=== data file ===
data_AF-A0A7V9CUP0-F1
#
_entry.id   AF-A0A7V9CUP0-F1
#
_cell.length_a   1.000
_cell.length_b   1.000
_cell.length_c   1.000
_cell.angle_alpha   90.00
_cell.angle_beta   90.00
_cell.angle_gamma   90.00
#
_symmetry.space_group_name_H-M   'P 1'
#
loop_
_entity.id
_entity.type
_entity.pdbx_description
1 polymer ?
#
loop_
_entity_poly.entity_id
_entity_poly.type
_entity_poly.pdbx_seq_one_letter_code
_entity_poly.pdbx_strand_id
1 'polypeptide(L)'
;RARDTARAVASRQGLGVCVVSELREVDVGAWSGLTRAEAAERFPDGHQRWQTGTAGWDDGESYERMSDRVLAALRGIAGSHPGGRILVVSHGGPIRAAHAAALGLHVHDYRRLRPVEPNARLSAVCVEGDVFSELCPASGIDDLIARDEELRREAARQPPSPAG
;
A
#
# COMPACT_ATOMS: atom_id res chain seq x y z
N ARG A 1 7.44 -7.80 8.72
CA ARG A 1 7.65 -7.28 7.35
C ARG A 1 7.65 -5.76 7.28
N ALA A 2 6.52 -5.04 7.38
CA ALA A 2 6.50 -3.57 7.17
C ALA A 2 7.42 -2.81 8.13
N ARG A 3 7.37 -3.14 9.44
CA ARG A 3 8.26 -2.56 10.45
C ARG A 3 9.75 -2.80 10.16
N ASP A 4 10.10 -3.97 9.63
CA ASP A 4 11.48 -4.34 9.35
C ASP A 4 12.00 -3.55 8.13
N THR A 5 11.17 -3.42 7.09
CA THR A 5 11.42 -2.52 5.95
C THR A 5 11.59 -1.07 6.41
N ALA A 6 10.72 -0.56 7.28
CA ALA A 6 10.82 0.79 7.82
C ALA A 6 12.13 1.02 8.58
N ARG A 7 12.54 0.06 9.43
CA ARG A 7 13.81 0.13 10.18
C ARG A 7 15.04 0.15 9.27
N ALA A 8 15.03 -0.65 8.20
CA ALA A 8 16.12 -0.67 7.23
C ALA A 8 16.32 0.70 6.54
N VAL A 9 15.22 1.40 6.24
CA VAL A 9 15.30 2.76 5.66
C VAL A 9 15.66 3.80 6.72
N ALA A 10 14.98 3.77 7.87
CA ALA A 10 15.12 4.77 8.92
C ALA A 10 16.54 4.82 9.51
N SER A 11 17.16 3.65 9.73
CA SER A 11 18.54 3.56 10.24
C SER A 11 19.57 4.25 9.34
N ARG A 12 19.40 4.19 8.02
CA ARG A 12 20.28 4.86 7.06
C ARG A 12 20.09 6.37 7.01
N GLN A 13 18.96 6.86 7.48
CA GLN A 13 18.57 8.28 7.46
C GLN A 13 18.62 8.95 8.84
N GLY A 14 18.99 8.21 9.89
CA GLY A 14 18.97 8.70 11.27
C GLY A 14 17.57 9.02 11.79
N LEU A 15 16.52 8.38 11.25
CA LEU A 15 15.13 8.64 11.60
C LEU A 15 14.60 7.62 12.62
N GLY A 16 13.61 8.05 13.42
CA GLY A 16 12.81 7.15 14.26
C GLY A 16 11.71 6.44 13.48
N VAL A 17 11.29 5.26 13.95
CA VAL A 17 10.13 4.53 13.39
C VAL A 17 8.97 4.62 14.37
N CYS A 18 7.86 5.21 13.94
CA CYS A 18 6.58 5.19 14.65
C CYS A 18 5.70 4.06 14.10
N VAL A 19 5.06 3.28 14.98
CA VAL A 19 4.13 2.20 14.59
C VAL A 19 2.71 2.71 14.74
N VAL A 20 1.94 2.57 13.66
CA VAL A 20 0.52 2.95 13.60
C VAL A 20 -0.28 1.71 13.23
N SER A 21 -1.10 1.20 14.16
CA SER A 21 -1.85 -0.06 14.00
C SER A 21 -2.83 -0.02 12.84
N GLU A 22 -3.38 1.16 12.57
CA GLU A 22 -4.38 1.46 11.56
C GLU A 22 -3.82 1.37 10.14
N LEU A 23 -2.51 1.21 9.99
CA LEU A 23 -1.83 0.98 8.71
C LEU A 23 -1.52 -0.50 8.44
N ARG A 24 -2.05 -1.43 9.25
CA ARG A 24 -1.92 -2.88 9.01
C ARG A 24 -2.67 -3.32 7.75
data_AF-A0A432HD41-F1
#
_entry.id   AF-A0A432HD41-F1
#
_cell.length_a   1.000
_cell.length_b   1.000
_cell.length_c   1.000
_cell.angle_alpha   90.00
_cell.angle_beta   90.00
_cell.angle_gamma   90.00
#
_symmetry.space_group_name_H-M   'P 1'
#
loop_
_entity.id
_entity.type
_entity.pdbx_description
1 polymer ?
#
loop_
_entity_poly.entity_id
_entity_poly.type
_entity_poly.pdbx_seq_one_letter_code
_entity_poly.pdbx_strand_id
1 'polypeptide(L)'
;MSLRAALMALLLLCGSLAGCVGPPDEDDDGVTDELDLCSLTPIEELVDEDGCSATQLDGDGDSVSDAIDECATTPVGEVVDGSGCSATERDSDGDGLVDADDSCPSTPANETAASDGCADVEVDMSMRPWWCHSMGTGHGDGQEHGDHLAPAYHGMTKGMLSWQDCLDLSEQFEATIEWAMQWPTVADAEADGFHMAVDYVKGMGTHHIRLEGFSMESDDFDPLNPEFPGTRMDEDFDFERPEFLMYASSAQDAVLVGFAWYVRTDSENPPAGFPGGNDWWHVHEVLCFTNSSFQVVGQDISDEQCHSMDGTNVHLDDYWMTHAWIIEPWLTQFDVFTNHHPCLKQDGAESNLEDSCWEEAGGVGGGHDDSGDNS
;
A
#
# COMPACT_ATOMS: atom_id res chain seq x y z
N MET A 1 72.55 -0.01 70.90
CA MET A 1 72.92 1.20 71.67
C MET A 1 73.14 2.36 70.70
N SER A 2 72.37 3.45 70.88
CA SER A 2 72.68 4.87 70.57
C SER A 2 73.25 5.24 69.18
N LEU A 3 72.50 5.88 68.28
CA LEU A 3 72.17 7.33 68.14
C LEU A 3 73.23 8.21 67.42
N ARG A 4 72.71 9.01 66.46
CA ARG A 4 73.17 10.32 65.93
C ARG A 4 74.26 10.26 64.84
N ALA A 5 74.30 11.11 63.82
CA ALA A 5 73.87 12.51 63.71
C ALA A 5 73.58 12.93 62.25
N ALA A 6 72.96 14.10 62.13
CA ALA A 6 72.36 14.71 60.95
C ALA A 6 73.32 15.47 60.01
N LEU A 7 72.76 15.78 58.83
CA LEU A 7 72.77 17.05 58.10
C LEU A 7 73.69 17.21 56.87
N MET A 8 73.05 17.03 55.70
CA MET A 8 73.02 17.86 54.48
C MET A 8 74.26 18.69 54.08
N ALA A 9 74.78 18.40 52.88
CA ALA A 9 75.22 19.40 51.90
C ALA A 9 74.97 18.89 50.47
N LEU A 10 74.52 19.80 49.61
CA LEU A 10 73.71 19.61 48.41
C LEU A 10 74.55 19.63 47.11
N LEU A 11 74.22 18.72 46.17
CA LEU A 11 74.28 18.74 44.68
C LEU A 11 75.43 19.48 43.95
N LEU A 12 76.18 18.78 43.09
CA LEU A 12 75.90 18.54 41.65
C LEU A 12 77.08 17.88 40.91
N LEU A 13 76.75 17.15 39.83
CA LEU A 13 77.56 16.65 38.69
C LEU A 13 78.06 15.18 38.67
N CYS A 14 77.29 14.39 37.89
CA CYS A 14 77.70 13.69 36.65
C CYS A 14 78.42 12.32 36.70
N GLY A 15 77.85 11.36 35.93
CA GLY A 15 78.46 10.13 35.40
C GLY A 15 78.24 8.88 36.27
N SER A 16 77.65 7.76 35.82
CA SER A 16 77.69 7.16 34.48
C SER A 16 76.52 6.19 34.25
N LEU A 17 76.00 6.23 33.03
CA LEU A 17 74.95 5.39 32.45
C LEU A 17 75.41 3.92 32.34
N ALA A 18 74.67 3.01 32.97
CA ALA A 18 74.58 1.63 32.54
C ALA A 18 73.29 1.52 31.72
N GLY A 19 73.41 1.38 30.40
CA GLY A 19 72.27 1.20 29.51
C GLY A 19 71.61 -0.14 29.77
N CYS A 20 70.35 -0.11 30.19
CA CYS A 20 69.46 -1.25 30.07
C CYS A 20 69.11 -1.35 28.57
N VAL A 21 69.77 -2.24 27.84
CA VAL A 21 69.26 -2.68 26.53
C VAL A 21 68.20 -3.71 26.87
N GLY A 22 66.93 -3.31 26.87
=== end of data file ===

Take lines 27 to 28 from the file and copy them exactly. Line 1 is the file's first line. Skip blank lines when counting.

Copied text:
;
A